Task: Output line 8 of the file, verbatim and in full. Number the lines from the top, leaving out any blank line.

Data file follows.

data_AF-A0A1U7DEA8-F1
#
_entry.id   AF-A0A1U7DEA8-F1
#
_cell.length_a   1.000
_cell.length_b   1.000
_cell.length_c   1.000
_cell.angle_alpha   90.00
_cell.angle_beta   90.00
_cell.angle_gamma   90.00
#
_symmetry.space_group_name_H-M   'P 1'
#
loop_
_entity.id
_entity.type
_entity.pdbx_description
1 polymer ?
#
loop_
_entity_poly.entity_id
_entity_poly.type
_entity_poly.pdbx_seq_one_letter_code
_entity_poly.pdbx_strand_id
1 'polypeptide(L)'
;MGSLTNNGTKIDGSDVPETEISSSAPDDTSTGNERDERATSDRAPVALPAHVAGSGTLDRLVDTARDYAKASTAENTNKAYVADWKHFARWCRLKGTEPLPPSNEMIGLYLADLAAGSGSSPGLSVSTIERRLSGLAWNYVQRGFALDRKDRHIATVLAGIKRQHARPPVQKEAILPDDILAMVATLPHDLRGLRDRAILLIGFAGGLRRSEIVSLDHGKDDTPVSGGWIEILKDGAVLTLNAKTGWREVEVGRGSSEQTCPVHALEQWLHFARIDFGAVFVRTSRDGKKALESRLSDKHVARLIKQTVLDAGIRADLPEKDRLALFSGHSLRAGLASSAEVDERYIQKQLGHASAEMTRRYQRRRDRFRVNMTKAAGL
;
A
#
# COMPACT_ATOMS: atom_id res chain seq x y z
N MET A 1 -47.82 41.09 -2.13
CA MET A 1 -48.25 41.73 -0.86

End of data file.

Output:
_cell.angle_alpha   90.00